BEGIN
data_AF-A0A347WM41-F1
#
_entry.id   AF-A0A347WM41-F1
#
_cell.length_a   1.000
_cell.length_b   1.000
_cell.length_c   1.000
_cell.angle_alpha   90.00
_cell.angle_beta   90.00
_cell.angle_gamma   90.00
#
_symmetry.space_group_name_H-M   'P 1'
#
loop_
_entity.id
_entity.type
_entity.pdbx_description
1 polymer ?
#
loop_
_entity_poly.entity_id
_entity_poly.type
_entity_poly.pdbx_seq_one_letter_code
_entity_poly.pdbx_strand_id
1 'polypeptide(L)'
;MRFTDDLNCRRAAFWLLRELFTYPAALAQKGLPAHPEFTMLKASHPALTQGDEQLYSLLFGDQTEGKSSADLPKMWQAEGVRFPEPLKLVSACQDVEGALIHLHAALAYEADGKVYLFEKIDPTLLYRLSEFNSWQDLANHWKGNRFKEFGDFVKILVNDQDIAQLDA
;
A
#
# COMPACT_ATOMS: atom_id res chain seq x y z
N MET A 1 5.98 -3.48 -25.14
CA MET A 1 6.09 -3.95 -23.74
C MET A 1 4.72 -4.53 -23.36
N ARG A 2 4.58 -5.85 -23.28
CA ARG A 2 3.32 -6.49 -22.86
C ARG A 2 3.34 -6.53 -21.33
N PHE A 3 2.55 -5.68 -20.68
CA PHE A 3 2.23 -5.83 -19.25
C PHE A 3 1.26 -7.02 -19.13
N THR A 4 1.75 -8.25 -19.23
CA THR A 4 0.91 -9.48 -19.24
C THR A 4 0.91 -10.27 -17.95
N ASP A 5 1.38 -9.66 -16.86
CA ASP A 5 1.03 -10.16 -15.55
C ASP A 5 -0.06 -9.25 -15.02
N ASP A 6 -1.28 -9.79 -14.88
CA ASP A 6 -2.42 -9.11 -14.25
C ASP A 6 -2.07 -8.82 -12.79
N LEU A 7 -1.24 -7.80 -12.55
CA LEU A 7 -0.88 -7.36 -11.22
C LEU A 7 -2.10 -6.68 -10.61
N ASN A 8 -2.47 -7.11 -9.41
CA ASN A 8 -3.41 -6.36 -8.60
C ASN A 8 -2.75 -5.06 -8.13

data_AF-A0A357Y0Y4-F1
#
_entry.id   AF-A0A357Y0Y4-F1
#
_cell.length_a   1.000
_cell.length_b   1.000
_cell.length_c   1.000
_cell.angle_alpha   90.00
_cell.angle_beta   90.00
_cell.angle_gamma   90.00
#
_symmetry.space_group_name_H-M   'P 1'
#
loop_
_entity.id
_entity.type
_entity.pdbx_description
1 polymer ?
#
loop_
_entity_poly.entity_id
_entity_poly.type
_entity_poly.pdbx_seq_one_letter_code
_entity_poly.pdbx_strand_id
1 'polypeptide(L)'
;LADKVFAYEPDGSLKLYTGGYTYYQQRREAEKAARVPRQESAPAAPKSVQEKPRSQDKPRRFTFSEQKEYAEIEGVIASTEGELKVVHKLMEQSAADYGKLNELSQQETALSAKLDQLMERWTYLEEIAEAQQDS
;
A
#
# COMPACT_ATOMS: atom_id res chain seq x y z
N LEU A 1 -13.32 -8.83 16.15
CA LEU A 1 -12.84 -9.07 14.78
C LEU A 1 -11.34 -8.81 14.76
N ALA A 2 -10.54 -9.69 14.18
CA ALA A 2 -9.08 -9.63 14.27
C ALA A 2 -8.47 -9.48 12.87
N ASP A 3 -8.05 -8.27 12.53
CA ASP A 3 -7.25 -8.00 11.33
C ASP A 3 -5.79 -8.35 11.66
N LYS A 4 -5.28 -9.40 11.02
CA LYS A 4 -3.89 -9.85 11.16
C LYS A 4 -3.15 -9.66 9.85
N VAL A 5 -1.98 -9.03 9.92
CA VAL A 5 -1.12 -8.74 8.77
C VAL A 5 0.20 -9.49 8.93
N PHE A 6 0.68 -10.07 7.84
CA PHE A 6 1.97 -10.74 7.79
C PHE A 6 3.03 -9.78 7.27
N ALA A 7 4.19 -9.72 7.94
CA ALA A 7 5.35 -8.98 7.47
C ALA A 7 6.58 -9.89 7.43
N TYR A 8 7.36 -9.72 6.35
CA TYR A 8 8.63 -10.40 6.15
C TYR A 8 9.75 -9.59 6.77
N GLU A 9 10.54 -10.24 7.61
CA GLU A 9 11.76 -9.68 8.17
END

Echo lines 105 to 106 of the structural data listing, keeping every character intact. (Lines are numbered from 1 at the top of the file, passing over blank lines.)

C ALA A 7 6.58 -9.89 7.43
N TYR A 8 7.36 -9.72 6.35